So, ever since moving to NYC, just shy of 6.5 years ago, I have been on the quest to find a stellar Szechuan restaurant. I base all restaurants of every cuisine on the authenticity of their signature/classical dishes. And I know, I know, go to Flushing, people say… do you have any idea how far it is to go to Flushing just to eat? Taking the 7 to one of its termini is torture. And the Chinatown bus is just an accident away from happening. No, no, no, I live on Manhattan so there must be somewhere good. If my former colleagues were to ask me if I could find 水煮鱼 (Braised Fish in Chili Oil) in Manhattan, I would laugh in their faces and say that it is served as a variation here. Fish is not served whole nor chopped into chunks in America because “Americans” do not eat fish with bones. The so-called 水煮鱼 (Braised Fish in Chili Oil) in all Manhattan restaurants is always served with fish fillets. Hey, I’m not complaining about the fillets because it makes eating easier but I do miss eating the gelatinous parts of the fins.

水煮鱼 (Braised Fish in Chili Oil) in China is served with whole fish or chopped whole fish and you can choose the type of fish that you want, whether you want a freshwater or saltwater fish. It is also always served in a basin filled with chili broth, chili oil, and scattered with chili peppers. You cannot find that here, although I have had some really great contenders to the real thing at the following restaurants:

Other great Szechuan restaurants/hot pot places are:

A Flushing import, Szechuan Mountain House, recently opened up shop on St. Mark’s Place and I was not impressed/severely disappointed with their 水煮鱼 (Braised Fish in Chili Oil). However, they nailed other really good dishes, such as the Fish with Pickles and Fried Cony with Green Chili Peppers.

Okay, so where does all this tie into my recipe? Since I have been constantly unsuccessful in finding a restaurant that would serve me authentic 水煮鱼 (Braised Fish in Chili Oil), I decided to make it at home. This recipe took me FOREVER to get right. It took years of researching and asking all my Szechuan friends (who asked their parents and previous generations for secrets and tips). This recipe results in a paste. You put the paste in a flavorful and seasoned broth to cook whatever protein you prefer but this braising/poaching technique works best with fish and frog, in my opinion. As of today, I have not perfected 水煮鱼 (Braised Fish in Chili Oil) at home yet. I need to continue with my trials and errors, i.e. what exactly is coated around the fish to make it to smooth and tender?… But I have perfected 水煮牛蛙 (Braised Frog in Chili Oil). I have been eating 水煮牛蛙 (Braised Frog in Chili Oil) for the past three weekends at home!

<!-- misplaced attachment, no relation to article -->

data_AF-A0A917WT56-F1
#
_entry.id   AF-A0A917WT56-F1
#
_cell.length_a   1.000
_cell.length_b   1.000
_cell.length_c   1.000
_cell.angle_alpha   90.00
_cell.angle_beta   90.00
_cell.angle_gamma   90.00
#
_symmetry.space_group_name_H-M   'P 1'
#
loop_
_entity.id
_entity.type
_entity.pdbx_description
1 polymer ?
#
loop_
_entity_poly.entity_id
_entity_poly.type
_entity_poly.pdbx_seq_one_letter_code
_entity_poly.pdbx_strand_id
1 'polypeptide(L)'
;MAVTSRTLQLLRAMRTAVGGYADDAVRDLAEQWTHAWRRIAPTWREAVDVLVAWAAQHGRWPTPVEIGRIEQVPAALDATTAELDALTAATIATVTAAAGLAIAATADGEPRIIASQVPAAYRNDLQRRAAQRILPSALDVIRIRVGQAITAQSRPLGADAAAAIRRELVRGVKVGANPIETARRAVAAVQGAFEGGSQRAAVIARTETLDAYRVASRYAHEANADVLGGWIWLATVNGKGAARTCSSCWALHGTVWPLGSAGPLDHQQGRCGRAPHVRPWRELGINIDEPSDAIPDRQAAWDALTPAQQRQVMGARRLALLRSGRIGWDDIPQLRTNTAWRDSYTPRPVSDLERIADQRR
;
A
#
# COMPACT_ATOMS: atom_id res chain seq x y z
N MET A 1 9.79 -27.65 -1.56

Feel free to adjust the spiciness level to your preference. Below, my recipe is quite spicy – based on a high tolerance to spice.

Yields 1 quart.

For the wet ingredients:

  • 100 g bird’s eye chili (aka Thai chili, they also come in green but you want all red; approximately 1 loose pint, stems removed)
  • 2 heads garlic
  • 125 g ginger
  • 50 g galangal
  • 50 g Chinese fermented black beans
  • 250g Szechuan spicy bean paste

For the dried ingredients:

  • 12 g star anise
  • 40 g Szechuan peppercorns
  • 2 g black cardamom
  • 1 g green cardamom
  • 10 g cinnamon sticks
  • 8 g sliced licorice
  • 25 g fennel seeds

Other ingredients:

  • 500 mL Shaoxing wine
  • 40 g brown sugar
  • Grapeseed or neutral oil

Remove all stems from bird’s eye chili peppers. Peel the garlic. Peel the skins off both gingers and cut into pieces, similar in size to that of the garlic cloves. In a food processor, blend all wet ingredients until homogenous.

In a wok, add cooking oil and have heat on medium. Add wet paste, and toss/turn/stir for 10 minutes. Add in Shaoxing wine and brown sugar and incorporate. Then turn heat to medium-low and add in dried ingredients. Toss/turn/stir frequently and cook for 20 minutes.

When paste is cool, place in air-tight containers and into the fridge.

Dungeness Crab with Ginger & Scallions

This is probably one of my favorite dishes in Chinese cuisine. My mom used to make this for us once every few weeks when I was growing up in Hong Kong but with different crabs (since there were thousands of different varieties of crab). We only had Dungeness crab in Canada and the U.S.

Along with two simple and quintessential Chinese ingredients, ginger and scallions, and rice wine, brown sugar plus soy sauces, you can have this often very expensive dish in the comfort of your own home.

Personal tidbit: save the sauce to dress noodles for lunch the next day. Delicious.